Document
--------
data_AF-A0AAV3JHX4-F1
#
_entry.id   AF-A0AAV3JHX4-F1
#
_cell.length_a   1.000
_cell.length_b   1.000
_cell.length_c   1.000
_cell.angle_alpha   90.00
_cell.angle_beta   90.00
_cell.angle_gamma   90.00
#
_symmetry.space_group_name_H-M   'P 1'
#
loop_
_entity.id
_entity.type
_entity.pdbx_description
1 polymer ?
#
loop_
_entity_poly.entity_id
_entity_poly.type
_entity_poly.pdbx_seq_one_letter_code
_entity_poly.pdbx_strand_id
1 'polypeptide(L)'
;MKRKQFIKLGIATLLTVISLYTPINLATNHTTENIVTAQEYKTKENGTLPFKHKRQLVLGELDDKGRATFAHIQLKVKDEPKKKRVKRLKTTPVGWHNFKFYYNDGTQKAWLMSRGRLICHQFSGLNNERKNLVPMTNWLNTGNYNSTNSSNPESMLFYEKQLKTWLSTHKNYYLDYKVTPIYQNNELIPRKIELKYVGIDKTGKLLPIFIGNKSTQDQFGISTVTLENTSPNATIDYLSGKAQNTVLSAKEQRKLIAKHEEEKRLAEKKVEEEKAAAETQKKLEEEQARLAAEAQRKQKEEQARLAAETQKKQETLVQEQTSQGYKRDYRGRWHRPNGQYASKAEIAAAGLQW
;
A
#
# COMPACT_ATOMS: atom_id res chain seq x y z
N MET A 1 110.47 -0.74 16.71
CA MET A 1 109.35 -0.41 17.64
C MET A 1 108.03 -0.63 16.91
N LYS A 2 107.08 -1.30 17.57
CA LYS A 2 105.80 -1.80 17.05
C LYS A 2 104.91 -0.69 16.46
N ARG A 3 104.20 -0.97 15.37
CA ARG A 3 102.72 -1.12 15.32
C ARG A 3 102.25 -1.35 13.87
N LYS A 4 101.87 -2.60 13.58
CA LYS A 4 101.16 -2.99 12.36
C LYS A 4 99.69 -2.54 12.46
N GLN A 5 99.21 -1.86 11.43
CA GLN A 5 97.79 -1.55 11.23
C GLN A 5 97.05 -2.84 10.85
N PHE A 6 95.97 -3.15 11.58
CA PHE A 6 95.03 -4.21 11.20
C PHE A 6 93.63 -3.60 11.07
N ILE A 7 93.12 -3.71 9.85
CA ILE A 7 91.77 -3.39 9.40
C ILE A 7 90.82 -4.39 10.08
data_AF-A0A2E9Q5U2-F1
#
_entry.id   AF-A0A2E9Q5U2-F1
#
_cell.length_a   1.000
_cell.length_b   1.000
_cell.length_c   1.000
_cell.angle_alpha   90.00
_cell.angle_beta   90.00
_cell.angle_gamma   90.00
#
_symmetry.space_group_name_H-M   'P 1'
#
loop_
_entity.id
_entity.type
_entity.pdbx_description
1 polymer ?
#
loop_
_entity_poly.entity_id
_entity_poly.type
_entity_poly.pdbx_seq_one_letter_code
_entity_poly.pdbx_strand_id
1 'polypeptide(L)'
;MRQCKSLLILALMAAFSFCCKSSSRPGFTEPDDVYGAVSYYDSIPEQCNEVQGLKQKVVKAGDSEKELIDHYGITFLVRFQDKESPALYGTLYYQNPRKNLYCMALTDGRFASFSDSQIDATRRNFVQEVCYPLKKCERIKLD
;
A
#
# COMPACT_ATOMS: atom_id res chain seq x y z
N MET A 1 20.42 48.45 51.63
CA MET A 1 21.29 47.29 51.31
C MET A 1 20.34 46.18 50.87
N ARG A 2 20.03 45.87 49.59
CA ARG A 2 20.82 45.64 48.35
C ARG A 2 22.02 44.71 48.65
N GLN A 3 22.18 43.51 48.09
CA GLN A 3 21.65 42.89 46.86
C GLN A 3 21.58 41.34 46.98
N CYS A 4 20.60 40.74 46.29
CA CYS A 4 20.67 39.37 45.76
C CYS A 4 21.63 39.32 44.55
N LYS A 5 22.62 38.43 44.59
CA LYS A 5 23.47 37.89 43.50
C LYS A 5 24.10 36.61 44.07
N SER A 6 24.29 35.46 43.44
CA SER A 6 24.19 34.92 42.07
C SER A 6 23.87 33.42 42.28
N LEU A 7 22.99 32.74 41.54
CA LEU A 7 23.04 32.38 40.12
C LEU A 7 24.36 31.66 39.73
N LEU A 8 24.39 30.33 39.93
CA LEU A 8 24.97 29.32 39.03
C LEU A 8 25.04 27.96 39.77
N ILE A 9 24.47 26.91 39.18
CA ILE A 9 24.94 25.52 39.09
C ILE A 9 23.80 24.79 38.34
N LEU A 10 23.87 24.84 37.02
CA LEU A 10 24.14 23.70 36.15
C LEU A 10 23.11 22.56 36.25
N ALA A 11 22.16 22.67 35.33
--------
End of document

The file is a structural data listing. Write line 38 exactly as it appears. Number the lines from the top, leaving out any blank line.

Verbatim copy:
CA ARG A 3 102.72 -1.12 15.32